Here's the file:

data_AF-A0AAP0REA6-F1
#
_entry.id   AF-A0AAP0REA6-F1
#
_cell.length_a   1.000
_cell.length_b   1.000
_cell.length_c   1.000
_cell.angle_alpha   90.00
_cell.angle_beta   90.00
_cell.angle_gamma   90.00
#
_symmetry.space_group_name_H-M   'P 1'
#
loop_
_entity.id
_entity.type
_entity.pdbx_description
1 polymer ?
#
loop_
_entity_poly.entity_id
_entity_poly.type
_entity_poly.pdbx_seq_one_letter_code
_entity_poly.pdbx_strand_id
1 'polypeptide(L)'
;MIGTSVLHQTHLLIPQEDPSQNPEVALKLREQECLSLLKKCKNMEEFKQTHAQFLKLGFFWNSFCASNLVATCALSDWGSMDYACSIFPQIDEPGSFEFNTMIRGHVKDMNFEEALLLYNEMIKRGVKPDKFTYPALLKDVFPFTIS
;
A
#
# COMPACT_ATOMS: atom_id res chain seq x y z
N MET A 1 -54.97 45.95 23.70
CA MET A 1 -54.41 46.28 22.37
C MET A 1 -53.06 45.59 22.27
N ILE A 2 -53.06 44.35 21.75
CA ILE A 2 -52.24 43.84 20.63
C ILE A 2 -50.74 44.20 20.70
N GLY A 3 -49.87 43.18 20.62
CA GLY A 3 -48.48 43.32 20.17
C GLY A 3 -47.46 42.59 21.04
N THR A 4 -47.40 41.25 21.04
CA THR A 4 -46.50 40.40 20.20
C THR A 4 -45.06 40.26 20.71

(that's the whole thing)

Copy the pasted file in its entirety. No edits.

data_AF-A0AAP0REA6-F1
#
_entry.id   AF-A0AAP0REA6-F1
#
_cell.length_a   1.000
_cell.length_b   1.000
_cell.length_c   1.000
_cell.angle_alpha   90.00
_cell.angle_beta   90.00
_cell.angle_gamma   90.00
#
_symmetry.space_group_name_H-M   'P 1'
#
loop_
_entity.id
_entity.type
_entity.pdbx_description
1 polymer ?
#
loop_
_entity_poly.entity_id
_entity_poly.type
_entity_poly.pdbx_seq_one_letter_code
_entity_poly.pdbx_strand_id
1 'polypeptide(L)'
;MIGTSVLHQTHLLIPQEDPSQNPEVALKLREQECLSLLKKCKNMEEFKQTHAQFLKLGFFWNSFCASNLVATCALSDWGSMDYACSIFPQIDEPGSFEFNTMIRGHVKDMNFEEALLLYNEMIKRGVKPDKFTYPALLKDVFPFTIS
;
A
#
# COMPACT_ATOMS: atom_id res chain seq x y z
N MET A 1 -54.97 45.95 23.70
CA MET A 1 -54.41 46.28 22.37
C MET A 1 -53.06 45.59 22.27
N ILE A 2 -53.06 44.35 21.75
CA ILE A 2 -52.24 43.84 20.63
C ILE A 2 -50.74 44.20 20.70
N GLY A 3 -49.87 43.18 20.62
CA GLY A 3 -48.48 43.32 20.17
C GLY A 3 -47.46 42.59 21.04
N THR A 4 -47.40 41.25 21.04
CA THR A 4 -46.50 40.40 20.20
C THR A 4 -45.06 40.26 20.71